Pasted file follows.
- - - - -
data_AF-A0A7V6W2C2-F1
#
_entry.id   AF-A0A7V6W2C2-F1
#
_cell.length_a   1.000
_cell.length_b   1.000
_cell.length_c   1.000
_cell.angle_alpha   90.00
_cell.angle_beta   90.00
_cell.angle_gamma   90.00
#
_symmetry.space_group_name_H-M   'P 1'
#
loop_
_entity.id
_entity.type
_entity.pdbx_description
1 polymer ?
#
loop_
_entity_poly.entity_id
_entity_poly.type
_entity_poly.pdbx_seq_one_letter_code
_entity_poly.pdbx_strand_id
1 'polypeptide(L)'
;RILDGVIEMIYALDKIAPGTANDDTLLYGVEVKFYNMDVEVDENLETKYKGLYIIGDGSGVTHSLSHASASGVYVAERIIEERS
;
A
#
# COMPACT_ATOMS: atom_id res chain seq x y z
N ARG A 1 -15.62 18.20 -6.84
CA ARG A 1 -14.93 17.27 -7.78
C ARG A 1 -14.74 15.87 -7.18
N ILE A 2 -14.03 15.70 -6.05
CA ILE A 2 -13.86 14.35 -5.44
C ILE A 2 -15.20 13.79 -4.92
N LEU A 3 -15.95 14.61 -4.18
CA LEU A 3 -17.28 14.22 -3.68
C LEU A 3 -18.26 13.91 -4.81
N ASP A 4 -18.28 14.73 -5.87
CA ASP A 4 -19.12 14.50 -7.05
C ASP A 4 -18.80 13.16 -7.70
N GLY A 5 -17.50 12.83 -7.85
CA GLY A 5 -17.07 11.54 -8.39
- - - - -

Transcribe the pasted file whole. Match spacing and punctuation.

data_AF-A0A7V6W2C2-F1
#
_entry.id   AF-A0A7V6W2C2-F1
#
_cell.length_a   1.000
_cell.length_b   1.000
_cell.length_c   1.000
_cell.angle_alpha   90.00
_cell.angle_beta   90.00
_cell.angle_gamma   90.00
#
_symmetry.space_group_name_H-M   'P 1'
#
loop_
_entity.id
_entity.type
_entity.pdbx_description
1 polymer ?
#
loop_
_entity_poly.entity_id
_entity_poly.type
_entity_poly.pdbx_seq_one_letter_code
_entity_poly.pdbx_strand_id
1 'polypeptide(L)'
;RILDGVIEMIYALDKIAPGTANDDTLLYGVEVKFYNMDVEVDENLETKYKGLYIIGDGSGVTHSLSHASASGVYVAERIIEERS
;
A
#
# COMPACT_ATOMS: atom_id res chain seq x y z
N ARG A 1 -15.62 18.20 -6.84
CA ARG A 1 -14.93 17.27 -7.78
C ARG A 1 -14.74 15.87 -7.18
N ILE A 2 -14.03 15.70 -6.05
CA ILE A 2 -13.86 14.35 -5.44
C ILE A 2 -15.20 13.79 -4.92
N LEU A 3 -15.95 14.61 -4.18
CA LEU A 3 -17.28 14.22 -3.68
C LEU A 3 -18.26 13.91 -4.81
N ASP A 4 -18.28 14.73 -5.87
CA ASP A 4 -19.12 14.50 -7.05
C ASP A 4 -18.80 13.16 -7.70
N GLY A 5 -17.50 12.83 -7.85
CA GLY A 5 -17.07 11.54 -8.39